Maybe when I return I could use Restonica valley to reach Monte Ritondu. We have knowledge of the Tavignano when we followed the MM Nord.
I see that Cintu has some extra 'bunting stuff' flapping from the summit cross.
Many thanks.

--

Gaffr



Michele
moderator

Posted: Thu, Nov 1, 2012, 15:20

Gaffr: Maybe when I return I could use Restonica valley to reach Monte Ritondu.

Yes Roger there is a path that climbs up from the Restonica road and goes as far as Lac d'Oriente and further up to Monte Rotondo. But it's quite a steep and long ascent (the last bit being on rocks).
Back in 2011 (after the GR20 south) my buddy and myself went as far as Lac d'Oriente on a one day trip (I shot a short video about it). My wish is to be able to sleep on a clear night on top of Monte Rotondo. Sunsets and dawns from up there are terrific, I hear.

--Michele



Tarjei

Posted: Thu, Nov 1, 2012, 22:16

Glad you all liked my pictures from the trek, I enjoyed walking and taking them :).

Michele, I suppose you would've recognized the quote yes. Take it as a compliment to your videos :).

Alan, I really enjoyed walking the Tavignanu valley better than the Restonica (there's no road going through Tavignanu). Though, not saying that the Restonica wasn't nice. I had a nice stay at the Refuge de Sega, good dinner with lots of food. Although the night was extremely wet, woke up with a river underneath my tent. Going up to Sega and then continue to the GR20 either towards Manganu or Petra Piana going over the Alzo plateau is really something you should consider.

Gaffr, sorry for not making the link clickable. Yes, I did go down to Capitellu and Melo by the link towards Bergeries de Grotelle / Corte (through the Restonica valley) by the Brèche de Capitellu. I was a little bit confused by this name though, in the book by Paddy Dillon this is the pass you walk up towards from Manganu and where you see the beautiful two lakes for the first time. But a sign at the pass says it is named Bocca à le Porte, whereas a sign where the path goes down towards the lakes says that that is the Brèche de Capitellu. I walked back up to the GR20 again through the path that goes up towards Bocca a Soglia.

Sleeping on the top of Monte Ritondu on a clear night sounds great.



Michele
moderator

Posted: Thu, Nov 1, 2012, 23:11

Thanks for the appreciation Tarjei.
About the Breche de Capitellu you are correct. The signs are confusing because, at least from the ign maps, the Breche de Capitellu is the actual pass and not the place further down where the path that goes to the Restonica valley starts.

ign map

However, I can understand why they called it Bocca à le Porte, (bocca = pass) because the near mountain top is called Punta alle Porta.

Funny though the maps use different place names. I wonder who's right

--Michele



Gaffr

Posted: Sun, Nov 4, 2012, 15:18

Hello Tarjei, I have had a closer look at your fine images from the GR20. You most certainly used your time usefully in Corte to reach some fine terrain. I would guess that the images of both the atmospheric bergeries at d'Alzo and Colletta were on the route which allows Tavignano to link with Restonica? Is there a bus or whatever to get you back to Corte or do you have to walk down the road? We travelled over the bocca al'Arinella from Sega refuge to reach Calacuccia and col de Vergio. At first I thought that you had descended to Corte from the GR20 from somewhere between Manganu and P Piana... but now I understand that the poor weather arrived at Haut Ascu. By the way is there a bus to reach Ascu from Corte?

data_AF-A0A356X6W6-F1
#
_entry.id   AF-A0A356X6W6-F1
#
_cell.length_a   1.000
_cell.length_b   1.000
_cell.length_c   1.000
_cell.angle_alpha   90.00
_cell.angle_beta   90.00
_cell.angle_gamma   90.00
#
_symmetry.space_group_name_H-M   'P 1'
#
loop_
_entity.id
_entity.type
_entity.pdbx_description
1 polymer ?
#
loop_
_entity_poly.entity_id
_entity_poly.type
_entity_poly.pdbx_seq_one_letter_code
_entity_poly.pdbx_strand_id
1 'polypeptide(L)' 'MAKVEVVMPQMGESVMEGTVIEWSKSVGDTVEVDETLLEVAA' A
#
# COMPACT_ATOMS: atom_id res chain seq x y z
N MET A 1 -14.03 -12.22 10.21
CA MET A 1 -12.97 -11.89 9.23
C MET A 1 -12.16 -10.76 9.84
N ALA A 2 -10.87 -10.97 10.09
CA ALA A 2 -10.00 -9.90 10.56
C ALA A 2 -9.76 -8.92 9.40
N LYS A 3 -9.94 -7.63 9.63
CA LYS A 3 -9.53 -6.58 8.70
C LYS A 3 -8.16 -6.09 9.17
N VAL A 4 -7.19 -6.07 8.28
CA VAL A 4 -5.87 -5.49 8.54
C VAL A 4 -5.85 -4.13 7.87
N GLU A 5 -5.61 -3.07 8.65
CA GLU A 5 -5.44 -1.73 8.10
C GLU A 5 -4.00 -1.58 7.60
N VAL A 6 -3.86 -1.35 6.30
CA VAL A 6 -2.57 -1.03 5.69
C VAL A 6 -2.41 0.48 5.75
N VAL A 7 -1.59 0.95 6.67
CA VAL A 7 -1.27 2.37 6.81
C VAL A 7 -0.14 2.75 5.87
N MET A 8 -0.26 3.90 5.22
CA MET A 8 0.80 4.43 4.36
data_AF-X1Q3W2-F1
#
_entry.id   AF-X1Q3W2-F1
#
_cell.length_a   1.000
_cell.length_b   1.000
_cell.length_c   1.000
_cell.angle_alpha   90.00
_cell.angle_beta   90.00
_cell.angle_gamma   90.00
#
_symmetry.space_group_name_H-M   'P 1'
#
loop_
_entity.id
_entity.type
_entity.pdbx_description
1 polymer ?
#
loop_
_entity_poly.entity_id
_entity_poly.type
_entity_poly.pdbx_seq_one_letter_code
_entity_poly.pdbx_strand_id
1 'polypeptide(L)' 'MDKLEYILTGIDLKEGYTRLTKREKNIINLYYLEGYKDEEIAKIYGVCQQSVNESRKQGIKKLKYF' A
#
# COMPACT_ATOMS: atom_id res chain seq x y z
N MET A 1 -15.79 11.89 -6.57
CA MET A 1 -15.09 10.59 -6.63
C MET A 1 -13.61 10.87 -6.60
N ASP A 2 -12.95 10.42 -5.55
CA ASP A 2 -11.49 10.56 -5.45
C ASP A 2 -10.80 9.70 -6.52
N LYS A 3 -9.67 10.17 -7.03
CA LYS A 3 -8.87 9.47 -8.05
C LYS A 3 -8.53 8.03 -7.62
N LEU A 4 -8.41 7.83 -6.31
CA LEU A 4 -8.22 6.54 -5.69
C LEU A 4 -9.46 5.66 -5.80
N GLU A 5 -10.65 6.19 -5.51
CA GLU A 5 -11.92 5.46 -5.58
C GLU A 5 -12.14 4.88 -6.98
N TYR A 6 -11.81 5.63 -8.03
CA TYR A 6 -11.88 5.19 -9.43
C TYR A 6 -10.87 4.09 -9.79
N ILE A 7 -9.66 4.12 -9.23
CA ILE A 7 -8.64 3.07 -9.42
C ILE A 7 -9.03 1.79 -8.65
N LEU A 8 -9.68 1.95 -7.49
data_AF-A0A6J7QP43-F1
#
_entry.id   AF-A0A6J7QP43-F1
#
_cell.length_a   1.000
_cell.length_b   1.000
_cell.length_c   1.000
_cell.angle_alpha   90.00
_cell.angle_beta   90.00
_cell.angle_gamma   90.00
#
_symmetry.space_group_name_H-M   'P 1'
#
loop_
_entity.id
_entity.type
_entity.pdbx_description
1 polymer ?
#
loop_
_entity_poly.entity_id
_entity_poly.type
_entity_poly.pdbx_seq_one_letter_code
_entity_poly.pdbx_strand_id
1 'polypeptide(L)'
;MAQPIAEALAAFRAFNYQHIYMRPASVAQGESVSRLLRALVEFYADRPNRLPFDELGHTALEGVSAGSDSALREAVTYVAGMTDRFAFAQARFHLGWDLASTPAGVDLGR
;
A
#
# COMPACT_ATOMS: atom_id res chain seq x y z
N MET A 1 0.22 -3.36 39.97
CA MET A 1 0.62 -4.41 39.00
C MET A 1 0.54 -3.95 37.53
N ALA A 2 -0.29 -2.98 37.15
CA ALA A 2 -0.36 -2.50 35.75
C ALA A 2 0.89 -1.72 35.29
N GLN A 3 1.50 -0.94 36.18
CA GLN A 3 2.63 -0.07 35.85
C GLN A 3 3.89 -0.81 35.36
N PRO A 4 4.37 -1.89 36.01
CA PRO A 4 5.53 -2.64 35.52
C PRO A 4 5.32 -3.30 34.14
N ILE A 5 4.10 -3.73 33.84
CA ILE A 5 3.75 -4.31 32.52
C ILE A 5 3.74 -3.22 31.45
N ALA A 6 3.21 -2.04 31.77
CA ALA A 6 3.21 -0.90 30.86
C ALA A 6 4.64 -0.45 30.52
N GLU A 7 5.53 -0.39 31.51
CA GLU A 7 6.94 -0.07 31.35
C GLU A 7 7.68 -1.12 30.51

I just wonder if your Raven is what we call a chough. The French have a differnet word for this bird but I can't recall what it is. It looks like those birds that kindof 'hang around' the refuges in the Alps?
We stayed in the dortoir of the well looked after Laricci hotel in Vizzavona, on our way to connect with the route to Conca, and was aware of the ruinous state of the former grand hotel in Vizzavona...I have too a rather sad image of this.

--

Gaffr



Tarjei

Posted: Sun, Nov 4, 2012, 22:20

Yes, the pictures from the bergeries d'Alzo and Colletta is on the route that takes you from the Tavignanu over the Alzo plateau to the Restonica. The route is nice and probably even nicer in good weather.

I really can't say if there is a bus going the whole Restonica valley, but I don't think so. Although there was a bus stop at the end of it. But that was very close to Corte, and the place looked more like a turning point as well. I did walk down the valley alongside the road. There is a path going down the valley, but I missed the markings where the path leaves the road (there were no signs marking where the path leaves the road).

And yes, the bad weather arrived after I'd reached Haut Asco. Decided to leave for Corte while waiting it out. It was really dark in the horizon where the GR20 goes from there. People were coming down, some where being sent down. From Corte I took the train to Ponte Leccia, from there a navette service goes up to Haut Asco.



Turnertactics
moderator

Posted: Mon, Nov 5, 2012, 8:37

Gaffr

There is a Navette running from a car park 4km from Corte to the Bergeries De Grotelle but it only runs from mid July to mid August. It's a shame that when I was trying to get down the valley, it was just after the Navette had finished. They had National Park staff operating a traffic system on a long single track section so I guess it gets very congested at times.

We were lucky and hitched a lift for about half the distance down to a big campsite but the rest was a hot and tedious walk along the road but there are loads of swimming pools in the river to cool off in.

Alan

--

Alan



Gaffr

Posted: Wed, Nov 7, 2012, 7:41

Gaffr
Thanks Tarjei and Turner. We have found that the transport and the links to be the difficult when getting about in Corsica. On our second visit, after re-doing the first three stages and Cintu, we had to hitch down to Ponte Leccia before getting to Moriani via train and bus. For reaching more of the summits on the island I think that a small car hire could be the solution as we did last year for a few days after MM Centre.....maybe, from what you say, avoiding taking a car into Restonica valley!

--

Gaffr